The storage improvements were the primary focus of Pulse 2: massive space savings, improved document format for sharing, and fully SQL-compatible storage – these are just some of the changes it introduced. With this solid foundation, I was able to focus on PulseUI in this release, but there are some improvements to the core framework as well. For example, NetworkLogger now has convenience APIs for filtering out sensitive data or just something you don’t want to be logged for other reasons.

let logger = NetworkLogger {
    // Includes only requests with the given domain.
    $0.includedHosts = ["*.example.com"]

    // Exclude some subdomains.
    $0.excludedHosts = ["logging.example.com"]

    // Exclude specific URLs.
    $0.excludedURLs = ["*/log/event"]

    // Replaces values for the given HTTP headers with "<private>"
    $0.sensitiveHeaders = ["Authorization", "Access-Token"]

    // Redacts sensitive query items.
    $0.sensitiveQueryItems = ["password"]

    // Replaces values for the given response and request JSON fields with "<private>"
    $0.sensitiveDataFields = ["password"]

Both include and exclude patterns support basic wildcards (*), but you can also turns them into regex patterns using isRegexEnabled.

tvOS #

Now let’s talk about the big screen – Apple TV. The original iOS-centered design was largely incompatible with other platforms. But with the new simplified navigation, I was able to use the network inspector and console with almost no changes on tvOS (and other platforms, but more on that later). I was stunned when I ran the new SwiftUI codebase on these other targets – it just worked. I needed to make only small adjustments. Well, of course, I’m also using native design, so many things come for free.

The main thing I did end up tweaking on tvOS is navigation to take advantage of the big screen. I combined two navigation stacks on a single screen, both in the console and in the network inspector. This way you can access common features, such as filters without ever leaving the console. It also enforces acceptable width for lists so that the existing cells from iOS work well in this context.

watchOS #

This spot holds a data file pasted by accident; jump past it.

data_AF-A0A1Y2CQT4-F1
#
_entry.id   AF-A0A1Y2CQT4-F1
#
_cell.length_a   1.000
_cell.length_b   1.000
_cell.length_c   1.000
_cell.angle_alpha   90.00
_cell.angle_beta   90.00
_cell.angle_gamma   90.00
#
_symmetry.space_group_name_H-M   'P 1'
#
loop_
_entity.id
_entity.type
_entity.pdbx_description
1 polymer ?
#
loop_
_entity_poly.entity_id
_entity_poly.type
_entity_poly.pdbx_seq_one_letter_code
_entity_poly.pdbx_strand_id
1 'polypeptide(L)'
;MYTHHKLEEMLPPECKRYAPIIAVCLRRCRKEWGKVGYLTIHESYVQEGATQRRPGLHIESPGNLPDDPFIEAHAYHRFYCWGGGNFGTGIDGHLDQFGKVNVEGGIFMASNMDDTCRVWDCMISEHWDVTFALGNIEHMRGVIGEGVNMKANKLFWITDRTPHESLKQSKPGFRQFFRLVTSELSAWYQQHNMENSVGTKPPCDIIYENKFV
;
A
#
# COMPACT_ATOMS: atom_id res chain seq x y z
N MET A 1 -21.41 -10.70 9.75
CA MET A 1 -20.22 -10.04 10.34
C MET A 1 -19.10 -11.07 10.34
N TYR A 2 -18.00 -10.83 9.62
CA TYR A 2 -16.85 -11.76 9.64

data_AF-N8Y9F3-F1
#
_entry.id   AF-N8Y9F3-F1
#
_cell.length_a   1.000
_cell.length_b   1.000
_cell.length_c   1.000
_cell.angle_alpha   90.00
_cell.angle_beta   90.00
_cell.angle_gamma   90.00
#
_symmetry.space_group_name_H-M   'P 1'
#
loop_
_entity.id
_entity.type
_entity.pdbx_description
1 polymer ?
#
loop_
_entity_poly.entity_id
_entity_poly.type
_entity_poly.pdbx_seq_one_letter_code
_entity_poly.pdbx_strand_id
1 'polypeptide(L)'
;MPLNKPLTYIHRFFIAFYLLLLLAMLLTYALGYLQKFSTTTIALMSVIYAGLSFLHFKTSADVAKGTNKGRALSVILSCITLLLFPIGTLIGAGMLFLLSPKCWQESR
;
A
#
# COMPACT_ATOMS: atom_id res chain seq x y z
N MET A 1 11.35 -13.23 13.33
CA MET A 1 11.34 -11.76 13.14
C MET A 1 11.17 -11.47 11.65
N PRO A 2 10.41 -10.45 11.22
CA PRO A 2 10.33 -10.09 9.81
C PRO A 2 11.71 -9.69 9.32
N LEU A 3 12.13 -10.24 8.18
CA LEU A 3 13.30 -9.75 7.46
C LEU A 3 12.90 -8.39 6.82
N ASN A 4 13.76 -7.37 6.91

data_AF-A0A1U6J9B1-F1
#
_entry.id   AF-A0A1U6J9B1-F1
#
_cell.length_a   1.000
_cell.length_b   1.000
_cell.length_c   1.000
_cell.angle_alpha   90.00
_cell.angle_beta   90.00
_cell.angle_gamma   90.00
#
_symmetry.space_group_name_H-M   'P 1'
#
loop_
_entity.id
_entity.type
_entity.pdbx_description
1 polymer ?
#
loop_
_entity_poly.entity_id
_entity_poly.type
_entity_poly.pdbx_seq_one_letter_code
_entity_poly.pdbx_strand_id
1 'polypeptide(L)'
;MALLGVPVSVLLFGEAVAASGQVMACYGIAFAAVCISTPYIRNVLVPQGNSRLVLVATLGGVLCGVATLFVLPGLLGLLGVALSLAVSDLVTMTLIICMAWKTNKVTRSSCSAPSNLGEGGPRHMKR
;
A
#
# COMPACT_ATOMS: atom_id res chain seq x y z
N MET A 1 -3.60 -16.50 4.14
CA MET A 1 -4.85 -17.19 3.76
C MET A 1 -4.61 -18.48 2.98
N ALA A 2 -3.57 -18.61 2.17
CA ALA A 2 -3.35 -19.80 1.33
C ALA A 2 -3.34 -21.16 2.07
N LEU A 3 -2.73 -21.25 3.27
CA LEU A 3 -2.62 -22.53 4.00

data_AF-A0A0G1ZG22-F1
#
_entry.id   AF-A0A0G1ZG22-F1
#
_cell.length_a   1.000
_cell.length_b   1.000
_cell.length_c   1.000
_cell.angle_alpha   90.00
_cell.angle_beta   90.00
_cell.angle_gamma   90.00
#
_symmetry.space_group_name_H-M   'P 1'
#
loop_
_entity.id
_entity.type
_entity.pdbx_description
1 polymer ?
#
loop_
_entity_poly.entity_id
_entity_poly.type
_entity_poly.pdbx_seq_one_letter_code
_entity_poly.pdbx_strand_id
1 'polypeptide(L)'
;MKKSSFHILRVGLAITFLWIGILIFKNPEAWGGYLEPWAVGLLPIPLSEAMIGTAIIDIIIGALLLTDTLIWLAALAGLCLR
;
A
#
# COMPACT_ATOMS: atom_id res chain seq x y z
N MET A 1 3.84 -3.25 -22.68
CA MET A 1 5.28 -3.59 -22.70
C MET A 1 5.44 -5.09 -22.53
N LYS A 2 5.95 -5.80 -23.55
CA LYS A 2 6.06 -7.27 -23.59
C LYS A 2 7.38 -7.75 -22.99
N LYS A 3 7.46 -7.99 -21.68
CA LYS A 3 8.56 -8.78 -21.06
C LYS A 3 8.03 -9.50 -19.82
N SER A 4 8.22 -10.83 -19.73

The watchOS version got a complete overhaul as well and now has nearly complete feature parity with iOS. If you enjoy hiking with your Apple Watch Ultra and have a watchOS app to test – great. You can record and preview logs directly on the device. And when you are ready, you can easily share and view them on a bigger screen.

You can also connect to any device running Pulse remotely with Pulse Pro and view logs in real-time on your Mac.

Pulse Console on watchOS

I got a lot of features “for free” after reworking the iOS version. For example, console and network filters that were initially developed for Pulse Pro now work on all platforms (and with nearly zero conditional code). But there are also some new SwiftUI APIs I integrated on watchOS: AttributedString, searchable, charts, ShareLink, monospace digits for Text, destructive buttons, buttonBorderShape, and more.

Pulse Console on watchOS

macOS #

The macOS version is back to its OG triple-column design from App Kit is Done, but now with the new NavigationSplitView APIs and 90% of the code shared with others platforms.

The macOS version has probably changed the most over the last couple of years.

The first version from Pulse 0.x was almost embarrassingly bad, but I’ll add it as a reference point – it’s nice to see the progress. For 1.0, I added proper macOS support with windows, toolbars, and triple-column navigation. The next major advancement was a mostly AppKit standalone Pulse Pro app for viewing logs remotely shared from other devices. With the release of Pulse Pro, I cut the macOS version of the PulseUI console entirely. But with the recent SwiftUI refinements, I started to bring PulseUI back to the Mac. In Pulse 2, I reworked some of the Pulse Pro screens in SwiftUI and put it all together in a simple view.

Pulse 3 is a natural step in the SwiftUIfication of the macOS codebase. I’m sure this isn’t its final form yet, so I don’t want to focus on it as much right now. My next step is to fully rewrite Pulse Pro in SwiftUI – stay tuned for that!

Closing Thoughts #

I think I finally figured out SwiftUI – writing it stared to feel as natural as writing UIKit. I use it for everything: design, prototyping, and development. There are fewer and fewer places where I have to fallback to UIKit or AppKit.

SwiftUI works well when you target just a single platform, but you are making a multiplatform app, it’s a complete game changer, and I hope Pulse is proof of that. There is one condition though – it all comes down to the design. You have to come up with the design solutions that are simple and compatible with other platforms, which is often a good thing because simpler things are easier accessible.

Pulse 3 development was completely insane with 215 changed files with 8,597 additions and 8,044 deletions in just under 2 weeks. For me, it’s now time to chill. I hope you would check out Pulse 3 and you’d love it.